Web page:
The transition to menopause may stir hormones and bring on depression in women with no history of the mood disorder, according to two studies.
In an evaluation over eight years of 231 premenopausal women, ages 35 to 47, with no history of depression, high depression scores (16 or more) were almost four times more likely to occur during a woman’s menopausal transition compared with her premenopausal status (odds ratio, 4.29; 95% CI, 2.39-7.72, P<0.001), researchers reported in the April issue of the Archives of General Psychiatry.
Furthermore, depression scores, assessed by the Center for Epidemiological Studies of Depression scale (CES-D), were significantly linked to changes in hormonal status, according to Ellen Freeman, Ph.D., of the University of Pennsylvania here and colleagues.
Within individual women, the change in menopausal status brought about destabilizing hormonal effects, including increased levels of follicle-stimulating hormone (FSH) and luteinizing hormone (LH), decreased levels of inhibin B, and greater variability of estradiol, FSH levels, and LH.
The hormone-depression results held even after adjusting for other risk factors, such as smoking, body mass index, premenstrual syndrome, hot flashes, poor sleep, health status, employment, and marital status, the researchers reported.
On average, the women were 4.58 times more likely to have higher FSH levels (P=.001), three times likelier to have higher LH levels (P=.002), and 63% more likely to have lower inhibin B levels (P=.001) at the time of high CES-D scores compared with the time before the high scores, Dr. Freeman said.
The researchers also found that a clinical diagnosis of depressive disorder was 2.5 times more likely to occur during a woman’s menopausal transition compared with her premenopausal status (OR, 2.50, 95% CI, 1.25-5.02, P=0.01). Diagnoses were assessed by the Primary Care Evaluation of Mental Disorders (PRIME-MD).
The hormone measures were also significantly associated with a clinical diagnosis of depressive disorder, Dr. Freeman said. For example, on average, women with clinical depressive disorder were 9.33 times more likely to have higher FSH levels (P=.001) and 4.47 times more likely to have higher LH levels (P=.002) than before the diagnosis of depressive disorder, the researchers said.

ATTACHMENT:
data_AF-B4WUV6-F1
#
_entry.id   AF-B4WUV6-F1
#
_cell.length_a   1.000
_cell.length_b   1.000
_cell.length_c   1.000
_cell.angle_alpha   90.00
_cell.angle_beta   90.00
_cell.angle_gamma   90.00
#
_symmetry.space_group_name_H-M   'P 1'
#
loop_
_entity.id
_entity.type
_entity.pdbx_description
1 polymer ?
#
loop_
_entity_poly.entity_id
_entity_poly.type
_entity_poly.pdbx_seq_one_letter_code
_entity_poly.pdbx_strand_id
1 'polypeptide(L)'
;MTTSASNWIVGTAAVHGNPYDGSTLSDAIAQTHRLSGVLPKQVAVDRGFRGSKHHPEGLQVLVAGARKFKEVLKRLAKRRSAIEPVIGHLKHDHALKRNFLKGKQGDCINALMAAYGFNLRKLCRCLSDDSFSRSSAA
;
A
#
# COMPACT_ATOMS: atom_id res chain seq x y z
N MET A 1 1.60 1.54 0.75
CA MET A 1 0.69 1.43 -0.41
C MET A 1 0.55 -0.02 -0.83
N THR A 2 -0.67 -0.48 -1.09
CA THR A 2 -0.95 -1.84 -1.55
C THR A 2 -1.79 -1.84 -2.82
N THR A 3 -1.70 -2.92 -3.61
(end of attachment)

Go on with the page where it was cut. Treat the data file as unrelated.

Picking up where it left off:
“Transition to menopause and its changing hormonal milieu are strongly associated with both new onset of high depressive symptoms and new onset of diagnosed depressive disorders in women with no history of depression,” Dr. Freeman said. The results also indicated that other health and demographic factors, such as hot flashes, PMS, and smoking status, are also part of the multifactorial nature of depressive symptoms.
“Further follow-up study is needed to determine the extent to which the reports of depressed mood are limited to the perimenopausal period and to determine whether the identified risk factors are associated with more persistent depression,” she concluded.
In the same issue of the Archives of General Psychiatry, a six-year study of 460 women, ages 36 to 45, with no history of depression, also found that early transition to menopause may increase the risk of first-time depression.
Compared with 134 women who remained premenopausal, 326 women who entered menopausal transition earlier were twice as likely (adjusted OR 1.9 [95% CI 0.9-4.0]) to develop significant depressive symptoms, according to Lee Cohen, M.D., of Massachusetts General Hospital and colleagues of the Harvard Study of Moods and Cycle. This relationship, the researchers said, held even after adjustment for age at study enrollment and history of negative life events.
The increased risk for depression, was somewhat greater among women with self-reported vasomotor symptoms, they said, adding that the relationship between hot flashes and depression is not fully understood and may result from a number of factors such as sleep disruption. On the other hand, Dr. Cohen said, the relationship may be caused by changes in the reproductive hormone milieu to which a woman may be sensitive.
The study included women living in seven Boston-area communities. New onset of depression was based on structured clinical interviews, CES-D scores, and self-administered questionnaires. The women were interviewed every six months through the initial three years of follow-up and then at substantially greater intervals, the later larger intervals being a limitation of the study, the researchers said.
However, they added, when they limited analysis to the first three years of follow-up, they still observed that 7.2% of the women who made the perimenopausal transition developed new onset of depression, compared with 2.9% of those who remained premenopausal (OR 2.7. 95% CI, 1.0-6.9, P= .04).
A spectrum of symptoms and syndromes - severe vasomotor symptoms, loss of bone density, sexual dysfunction, decline in cognitive function - has been extensively described during the menopausal transition, the authors wrote. “Thus, the comorbidity of these problems with perimenopause-associated depression could affect many aging women, leading to a compounded burden of illness,” they concluded.
Primary source: Archives of General Psychiatry, 2006; 63:375-382
Revision date: June 20, 2011
Last revised: by Andrew G. Epstein, M.D.